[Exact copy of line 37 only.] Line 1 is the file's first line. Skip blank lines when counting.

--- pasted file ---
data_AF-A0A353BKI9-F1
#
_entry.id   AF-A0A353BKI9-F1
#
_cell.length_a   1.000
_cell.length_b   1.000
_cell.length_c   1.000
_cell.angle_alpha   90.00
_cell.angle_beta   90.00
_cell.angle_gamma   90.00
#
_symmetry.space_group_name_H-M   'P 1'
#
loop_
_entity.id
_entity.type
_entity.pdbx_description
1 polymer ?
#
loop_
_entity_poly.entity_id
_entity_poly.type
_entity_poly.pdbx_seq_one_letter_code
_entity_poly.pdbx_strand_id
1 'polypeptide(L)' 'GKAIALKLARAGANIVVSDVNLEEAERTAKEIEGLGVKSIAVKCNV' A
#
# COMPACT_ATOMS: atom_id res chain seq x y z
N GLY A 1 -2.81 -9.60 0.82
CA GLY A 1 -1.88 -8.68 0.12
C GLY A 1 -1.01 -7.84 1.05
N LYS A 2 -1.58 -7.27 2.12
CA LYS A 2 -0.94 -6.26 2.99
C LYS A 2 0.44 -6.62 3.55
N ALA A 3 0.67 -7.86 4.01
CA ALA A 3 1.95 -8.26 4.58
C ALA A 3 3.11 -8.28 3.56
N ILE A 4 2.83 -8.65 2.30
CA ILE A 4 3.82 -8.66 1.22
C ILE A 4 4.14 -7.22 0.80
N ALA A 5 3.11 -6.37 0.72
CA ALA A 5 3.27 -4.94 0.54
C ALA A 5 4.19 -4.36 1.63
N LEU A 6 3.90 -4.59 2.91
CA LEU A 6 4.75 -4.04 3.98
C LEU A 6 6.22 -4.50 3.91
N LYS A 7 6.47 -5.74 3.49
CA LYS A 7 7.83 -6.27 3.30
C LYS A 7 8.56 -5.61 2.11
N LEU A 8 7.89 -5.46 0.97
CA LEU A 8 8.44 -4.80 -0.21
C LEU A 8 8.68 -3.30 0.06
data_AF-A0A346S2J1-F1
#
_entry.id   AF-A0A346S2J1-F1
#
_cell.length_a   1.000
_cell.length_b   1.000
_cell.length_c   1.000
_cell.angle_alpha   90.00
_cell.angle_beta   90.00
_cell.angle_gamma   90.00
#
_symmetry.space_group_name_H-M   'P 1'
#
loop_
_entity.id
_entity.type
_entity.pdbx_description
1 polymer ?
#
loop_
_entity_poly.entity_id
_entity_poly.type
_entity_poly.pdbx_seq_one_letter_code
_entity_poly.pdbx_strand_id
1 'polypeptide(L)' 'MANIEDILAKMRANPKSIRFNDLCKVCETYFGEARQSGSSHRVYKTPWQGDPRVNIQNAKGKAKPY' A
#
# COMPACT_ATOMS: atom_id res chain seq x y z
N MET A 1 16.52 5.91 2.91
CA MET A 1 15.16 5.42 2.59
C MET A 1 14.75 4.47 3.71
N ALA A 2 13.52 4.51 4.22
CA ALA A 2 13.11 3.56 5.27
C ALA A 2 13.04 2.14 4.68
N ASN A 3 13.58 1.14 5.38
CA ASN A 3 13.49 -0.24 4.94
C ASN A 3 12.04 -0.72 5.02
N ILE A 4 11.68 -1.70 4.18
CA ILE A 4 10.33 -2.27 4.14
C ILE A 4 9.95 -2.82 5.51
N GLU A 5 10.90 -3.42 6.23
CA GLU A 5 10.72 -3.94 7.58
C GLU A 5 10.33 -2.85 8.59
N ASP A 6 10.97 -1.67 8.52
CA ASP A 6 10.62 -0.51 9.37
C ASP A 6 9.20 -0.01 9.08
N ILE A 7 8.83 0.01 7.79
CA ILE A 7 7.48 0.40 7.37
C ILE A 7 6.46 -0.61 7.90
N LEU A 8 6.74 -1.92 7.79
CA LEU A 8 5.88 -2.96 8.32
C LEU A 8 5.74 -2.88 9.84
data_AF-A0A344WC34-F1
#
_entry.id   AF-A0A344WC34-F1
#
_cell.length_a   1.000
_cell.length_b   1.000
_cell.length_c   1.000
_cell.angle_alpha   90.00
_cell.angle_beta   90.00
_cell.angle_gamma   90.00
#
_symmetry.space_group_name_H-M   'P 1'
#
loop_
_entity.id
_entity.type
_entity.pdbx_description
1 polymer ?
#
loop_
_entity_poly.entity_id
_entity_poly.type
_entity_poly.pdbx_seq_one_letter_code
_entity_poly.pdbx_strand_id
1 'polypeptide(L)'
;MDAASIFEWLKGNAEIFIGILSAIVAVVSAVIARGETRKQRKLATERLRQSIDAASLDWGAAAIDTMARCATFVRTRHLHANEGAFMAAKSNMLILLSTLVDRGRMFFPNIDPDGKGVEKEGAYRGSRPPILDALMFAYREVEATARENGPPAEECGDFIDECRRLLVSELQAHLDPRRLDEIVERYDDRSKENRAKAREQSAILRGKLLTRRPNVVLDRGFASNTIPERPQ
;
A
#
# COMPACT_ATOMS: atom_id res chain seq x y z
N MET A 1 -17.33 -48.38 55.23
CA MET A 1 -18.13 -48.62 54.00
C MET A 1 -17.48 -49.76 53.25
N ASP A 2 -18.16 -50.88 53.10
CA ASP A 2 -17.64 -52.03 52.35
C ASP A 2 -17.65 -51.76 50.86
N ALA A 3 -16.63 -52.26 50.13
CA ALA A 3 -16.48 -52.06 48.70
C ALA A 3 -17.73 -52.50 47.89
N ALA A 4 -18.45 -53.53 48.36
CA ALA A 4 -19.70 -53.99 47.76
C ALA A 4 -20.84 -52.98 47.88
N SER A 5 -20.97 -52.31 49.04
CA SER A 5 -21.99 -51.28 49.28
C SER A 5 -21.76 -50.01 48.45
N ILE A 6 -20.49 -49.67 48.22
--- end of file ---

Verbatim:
N ILE A 4 2.83 -8.65 2.30